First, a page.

Good Morning, America!

Hello World!

Does anyone still read this?

To the 5 of you who are, welcome back! Thanks for reading.

So, for inquiring minds (again, approximately 5 people), life has been pretty great lately. I have a new “gig” this month that involves delivering something different than babies.

News, people! I’m delivering news to the world! You can say I’m like a young Katie Couric. Or Diane Sawyer, since I’m blonde.

Well…..not quite. You should not expect me to be on your TV tomorrow at 7 am telling you the latest headlines.

But, I am working at ABC News this month as my elective [we get elective time in our 3rd and 4th years of residency].

This has been especially cool for me because way back when I was just a young pup, I wanted to be a news anchor. Mostly, I wanted this job because I love asking people questions (and still do). Ultimately, the allure of talking to people all day led me to medicine, but I still harbor dreams of interviewing people for a living. That is, interviewing that doesn’t involve asking about your medical history.

What does this job entail?

So glad you asked!

Primarily, we (the residents) help to read the latest and greatest studies (“embargoed,” meaning not released to the general public, yet) and help to vet them. This means you must first read for medical content and evaluate the strength of the study. Second, you need to read the study in terms of “newsworthiness” or entertainment value. Ultimately, some of these studies get picked up for stories – either online or on television. Its somewhat cool to see a story you “vetted” end up on Good Morning America or World News Tonight!

We also help research background for certain pieces and we participate in the Twitter chats Dr. Besser (ABC News Chief Medical and Health editor and all-around extremely smart and nice guy) holds each week.

[Shameless plug – next week we are hosting a chat about infertility! Join us! Comment below if interested!]

And, if you’re really enthusiastic, you may even get to “produce” a video piece! Yes, Mom – I’m a producer! I just learned what “B-roll” is so I think my film career is really on the up and up.

[Just Kidding!]

I’ve learned to turn my writing upside down (turns out, you have to ditch your flowery, academic writing sometimes), have kept up with politics more than I ever have (how many  more super Tuesdays are we going to have), and learned a lot about a totally different arena than medicine.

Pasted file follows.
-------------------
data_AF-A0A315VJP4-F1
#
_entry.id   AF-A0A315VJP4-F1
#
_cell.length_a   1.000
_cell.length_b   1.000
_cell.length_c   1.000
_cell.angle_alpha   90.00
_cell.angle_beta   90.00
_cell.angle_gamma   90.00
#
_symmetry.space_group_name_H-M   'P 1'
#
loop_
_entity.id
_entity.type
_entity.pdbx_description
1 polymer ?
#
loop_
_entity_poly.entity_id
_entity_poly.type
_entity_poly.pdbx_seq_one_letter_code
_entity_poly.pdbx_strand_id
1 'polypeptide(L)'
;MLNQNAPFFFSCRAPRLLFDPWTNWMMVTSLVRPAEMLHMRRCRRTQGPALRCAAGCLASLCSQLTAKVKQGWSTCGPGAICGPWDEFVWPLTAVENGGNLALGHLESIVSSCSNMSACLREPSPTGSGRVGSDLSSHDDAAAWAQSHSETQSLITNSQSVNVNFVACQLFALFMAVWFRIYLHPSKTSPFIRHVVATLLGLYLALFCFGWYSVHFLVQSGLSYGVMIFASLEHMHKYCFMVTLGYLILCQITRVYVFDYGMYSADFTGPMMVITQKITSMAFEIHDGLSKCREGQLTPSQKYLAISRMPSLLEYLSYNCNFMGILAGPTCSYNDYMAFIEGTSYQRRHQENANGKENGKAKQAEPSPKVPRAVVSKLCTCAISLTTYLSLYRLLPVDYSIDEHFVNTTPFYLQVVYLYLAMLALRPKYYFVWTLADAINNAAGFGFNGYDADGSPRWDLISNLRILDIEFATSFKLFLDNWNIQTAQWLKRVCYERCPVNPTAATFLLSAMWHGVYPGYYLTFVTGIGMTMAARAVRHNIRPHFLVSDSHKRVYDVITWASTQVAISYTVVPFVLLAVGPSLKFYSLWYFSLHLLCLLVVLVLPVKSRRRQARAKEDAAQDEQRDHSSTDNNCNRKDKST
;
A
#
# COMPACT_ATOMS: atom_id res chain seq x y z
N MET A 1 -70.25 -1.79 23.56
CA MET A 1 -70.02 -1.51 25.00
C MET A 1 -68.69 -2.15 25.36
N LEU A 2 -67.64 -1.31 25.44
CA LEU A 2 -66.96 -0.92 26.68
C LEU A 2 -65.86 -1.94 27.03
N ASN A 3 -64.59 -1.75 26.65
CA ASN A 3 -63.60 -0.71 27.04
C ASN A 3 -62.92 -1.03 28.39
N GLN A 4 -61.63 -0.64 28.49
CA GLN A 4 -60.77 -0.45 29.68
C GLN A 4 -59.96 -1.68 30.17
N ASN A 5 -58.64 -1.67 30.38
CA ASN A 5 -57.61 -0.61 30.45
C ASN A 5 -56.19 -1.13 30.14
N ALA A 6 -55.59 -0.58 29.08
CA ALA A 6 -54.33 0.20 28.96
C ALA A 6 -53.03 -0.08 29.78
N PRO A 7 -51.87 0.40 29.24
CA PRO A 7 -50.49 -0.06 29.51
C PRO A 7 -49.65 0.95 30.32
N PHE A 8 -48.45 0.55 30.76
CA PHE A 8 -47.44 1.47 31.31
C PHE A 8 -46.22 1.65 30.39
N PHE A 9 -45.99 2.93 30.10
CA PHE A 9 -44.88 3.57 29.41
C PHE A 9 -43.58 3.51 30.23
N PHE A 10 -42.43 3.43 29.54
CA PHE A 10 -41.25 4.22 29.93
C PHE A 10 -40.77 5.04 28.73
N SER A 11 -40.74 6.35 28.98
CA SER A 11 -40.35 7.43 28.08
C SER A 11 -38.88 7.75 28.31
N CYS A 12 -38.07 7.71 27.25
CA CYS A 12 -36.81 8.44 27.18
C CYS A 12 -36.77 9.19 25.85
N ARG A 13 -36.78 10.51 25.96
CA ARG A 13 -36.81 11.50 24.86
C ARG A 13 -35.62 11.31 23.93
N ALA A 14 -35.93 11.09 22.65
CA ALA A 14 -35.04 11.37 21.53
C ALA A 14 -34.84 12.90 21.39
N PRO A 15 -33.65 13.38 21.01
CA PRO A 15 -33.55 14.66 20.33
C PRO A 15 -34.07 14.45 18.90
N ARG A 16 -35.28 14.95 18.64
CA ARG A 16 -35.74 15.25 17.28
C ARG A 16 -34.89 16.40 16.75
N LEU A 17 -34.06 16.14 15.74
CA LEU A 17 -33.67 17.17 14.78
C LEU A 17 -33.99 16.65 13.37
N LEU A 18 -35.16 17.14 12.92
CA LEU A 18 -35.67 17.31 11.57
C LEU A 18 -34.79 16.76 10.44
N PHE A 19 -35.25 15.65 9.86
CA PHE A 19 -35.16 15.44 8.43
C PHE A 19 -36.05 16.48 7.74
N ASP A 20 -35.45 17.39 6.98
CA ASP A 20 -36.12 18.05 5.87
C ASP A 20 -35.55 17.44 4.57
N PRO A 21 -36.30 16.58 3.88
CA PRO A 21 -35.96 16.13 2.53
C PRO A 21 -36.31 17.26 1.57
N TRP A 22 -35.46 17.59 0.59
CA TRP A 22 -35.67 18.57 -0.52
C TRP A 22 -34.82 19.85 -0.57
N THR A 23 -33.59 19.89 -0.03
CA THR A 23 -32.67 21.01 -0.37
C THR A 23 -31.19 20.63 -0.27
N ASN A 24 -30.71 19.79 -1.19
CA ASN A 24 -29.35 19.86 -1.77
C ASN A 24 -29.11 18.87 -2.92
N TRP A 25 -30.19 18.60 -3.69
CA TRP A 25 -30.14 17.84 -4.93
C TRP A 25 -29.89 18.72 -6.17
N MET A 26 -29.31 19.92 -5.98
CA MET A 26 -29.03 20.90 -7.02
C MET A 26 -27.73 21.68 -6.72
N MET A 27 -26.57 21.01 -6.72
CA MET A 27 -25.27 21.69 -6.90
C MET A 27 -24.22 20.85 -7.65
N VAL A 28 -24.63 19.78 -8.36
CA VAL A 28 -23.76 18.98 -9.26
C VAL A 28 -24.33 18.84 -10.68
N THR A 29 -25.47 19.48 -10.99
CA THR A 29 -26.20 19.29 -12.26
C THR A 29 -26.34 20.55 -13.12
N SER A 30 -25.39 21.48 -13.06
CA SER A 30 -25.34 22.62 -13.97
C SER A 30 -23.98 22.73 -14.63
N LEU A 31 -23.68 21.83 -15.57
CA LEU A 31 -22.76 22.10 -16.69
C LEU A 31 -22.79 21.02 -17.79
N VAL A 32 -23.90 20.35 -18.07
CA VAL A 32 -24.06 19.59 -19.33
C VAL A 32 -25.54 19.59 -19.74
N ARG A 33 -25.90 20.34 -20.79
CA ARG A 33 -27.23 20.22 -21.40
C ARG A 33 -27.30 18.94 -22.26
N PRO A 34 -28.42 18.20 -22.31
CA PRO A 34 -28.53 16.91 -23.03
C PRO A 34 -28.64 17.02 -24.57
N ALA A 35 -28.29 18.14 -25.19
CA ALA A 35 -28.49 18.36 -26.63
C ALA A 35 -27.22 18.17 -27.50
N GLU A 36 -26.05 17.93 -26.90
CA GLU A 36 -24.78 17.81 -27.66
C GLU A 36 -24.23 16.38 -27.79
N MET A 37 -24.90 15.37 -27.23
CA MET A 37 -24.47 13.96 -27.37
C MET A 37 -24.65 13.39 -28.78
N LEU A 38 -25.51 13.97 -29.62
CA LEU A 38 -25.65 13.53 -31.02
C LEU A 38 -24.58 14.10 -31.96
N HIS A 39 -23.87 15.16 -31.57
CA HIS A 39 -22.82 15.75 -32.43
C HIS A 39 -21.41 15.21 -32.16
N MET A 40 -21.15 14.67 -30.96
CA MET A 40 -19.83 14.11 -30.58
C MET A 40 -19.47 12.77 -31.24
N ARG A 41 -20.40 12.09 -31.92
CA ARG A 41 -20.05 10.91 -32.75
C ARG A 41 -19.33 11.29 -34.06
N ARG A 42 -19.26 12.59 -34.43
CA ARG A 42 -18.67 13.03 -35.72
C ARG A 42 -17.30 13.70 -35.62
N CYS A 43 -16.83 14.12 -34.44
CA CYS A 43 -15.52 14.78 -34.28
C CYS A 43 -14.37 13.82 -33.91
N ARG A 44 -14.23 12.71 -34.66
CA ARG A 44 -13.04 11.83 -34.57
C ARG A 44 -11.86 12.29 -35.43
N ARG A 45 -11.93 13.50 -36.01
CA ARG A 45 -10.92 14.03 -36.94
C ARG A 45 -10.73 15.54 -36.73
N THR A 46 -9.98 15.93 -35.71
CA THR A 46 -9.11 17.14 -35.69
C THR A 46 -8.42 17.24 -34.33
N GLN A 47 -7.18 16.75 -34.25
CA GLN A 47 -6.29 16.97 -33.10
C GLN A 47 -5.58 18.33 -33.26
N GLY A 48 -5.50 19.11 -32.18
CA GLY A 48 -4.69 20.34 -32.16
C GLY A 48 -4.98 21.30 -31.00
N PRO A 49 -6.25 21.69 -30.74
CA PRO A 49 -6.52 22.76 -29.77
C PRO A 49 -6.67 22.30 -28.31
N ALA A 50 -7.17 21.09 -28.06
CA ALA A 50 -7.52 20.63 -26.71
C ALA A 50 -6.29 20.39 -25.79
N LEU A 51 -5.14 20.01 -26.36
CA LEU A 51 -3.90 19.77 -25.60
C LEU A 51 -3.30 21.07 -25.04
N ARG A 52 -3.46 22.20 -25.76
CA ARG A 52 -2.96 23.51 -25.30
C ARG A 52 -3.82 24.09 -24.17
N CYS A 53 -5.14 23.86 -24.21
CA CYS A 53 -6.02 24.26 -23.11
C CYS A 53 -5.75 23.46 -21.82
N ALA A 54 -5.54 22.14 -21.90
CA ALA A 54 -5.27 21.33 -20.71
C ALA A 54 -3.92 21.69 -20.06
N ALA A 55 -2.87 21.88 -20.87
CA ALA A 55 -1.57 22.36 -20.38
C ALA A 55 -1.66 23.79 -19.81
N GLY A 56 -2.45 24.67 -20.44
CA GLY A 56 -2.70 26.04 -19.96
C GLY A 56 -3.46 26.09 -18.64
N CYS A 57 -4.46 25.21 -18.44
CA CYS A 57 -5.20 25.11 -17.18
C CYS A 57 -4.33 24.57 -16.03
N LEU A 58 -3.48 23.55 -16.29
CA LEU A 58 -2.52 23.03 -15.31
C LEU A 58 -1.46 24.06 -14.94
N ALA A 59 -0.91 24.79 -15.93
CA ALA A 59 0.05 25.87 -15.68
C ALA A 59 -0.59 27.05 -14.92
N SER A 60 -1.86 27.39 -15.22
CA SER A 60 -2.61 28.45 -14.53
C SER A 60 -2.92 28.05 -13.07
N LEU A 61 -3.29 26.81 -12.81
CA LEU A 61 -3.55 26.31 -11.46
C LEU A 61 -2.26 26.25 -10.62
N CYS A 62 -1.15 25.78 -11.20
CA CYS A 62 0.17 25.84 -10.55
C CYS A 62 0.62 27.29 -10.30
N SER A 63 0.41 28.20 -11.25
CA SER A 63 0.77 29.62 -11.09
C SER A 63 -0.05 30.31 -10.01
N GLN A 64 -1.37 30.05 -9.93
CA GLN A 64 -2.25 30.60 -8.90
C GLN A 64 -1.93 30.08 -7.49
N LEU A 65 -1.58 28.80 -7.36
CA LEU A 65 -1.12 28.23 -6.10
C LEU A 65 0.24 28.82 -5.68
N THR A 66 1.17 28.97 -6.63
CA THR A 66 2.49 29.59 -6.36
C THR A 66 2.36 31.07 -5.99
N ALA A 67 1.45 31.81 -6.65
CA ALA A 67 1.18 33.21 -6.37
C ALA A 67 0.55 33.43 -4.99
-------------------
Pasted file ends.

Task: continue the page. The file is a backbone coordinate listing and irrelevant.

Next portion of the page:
For those of you who work in the cubical/office world, hats off to you. I always thought that  if I had a desk job, I’d go outside all the time because I wouldn’t be tied to babies about to deliver. Turns out, you can’t do that all the time. While babies may wait for no one, the same can be said for the news.

Second, I had no idea most of the world worked with TWO computer screens (and, at ABC, millions of TVs!). At first, it was overwhelming. Now, I sort of like it.

That’s all for now. 🙂


First, I would start with how they got “their voice.” Second, I would ask them what is the most important part of their job that the general public probably has no idea that they do. Third, I would ask them how they hope to contribute to the field of journalism and how they hope to differ (or be similar) to the predecessors and contemporaries. Fourth, I would ask them their favorite form of exercise and coffee. Hard hitting news!

Daily coffee tally: 3

PS: Before my elective, I went to Costa Rica for a week and learned to surf. I recommend that you do this. Doctor’s orders!






12 thoughts on “Good Morning, America!

  1. How exciting Meggie!! I hope you get “discovered” and become the new ABC medical expert. The possibilities are endless. Have a great time!! Can’t wait to read more of your adventures!!

  2. I would definitely be interested in a chat about infertility. I am not infertile, but I’ve had back-to-back miscarriages. Thanks!

  3. That sounds like a great elective/vacation!

    I’ve been casually reading your blog for a few years, and I’m a med student now. I almost slipped and told my dean that I was aware of how difficult an OB/GYN residency was…. because of my blog reading habits. But I caught myself.

  4. This sounds like such a cool addition to a residency program – get your head out of the hospital for a short bit. It has to be cool to see a different side of being a doctor than just lab orders and never ending checklists! (I know you love a good checklist.)

  5. Haha, having two computer screens is the bomb dot comb! Also, this sounds SO COOL and I’m uber jealous… science communication is my dream career!!! (Currently just a regular old scientist with an English minor. I guess I get to communicate to management via Powerpoint though.)

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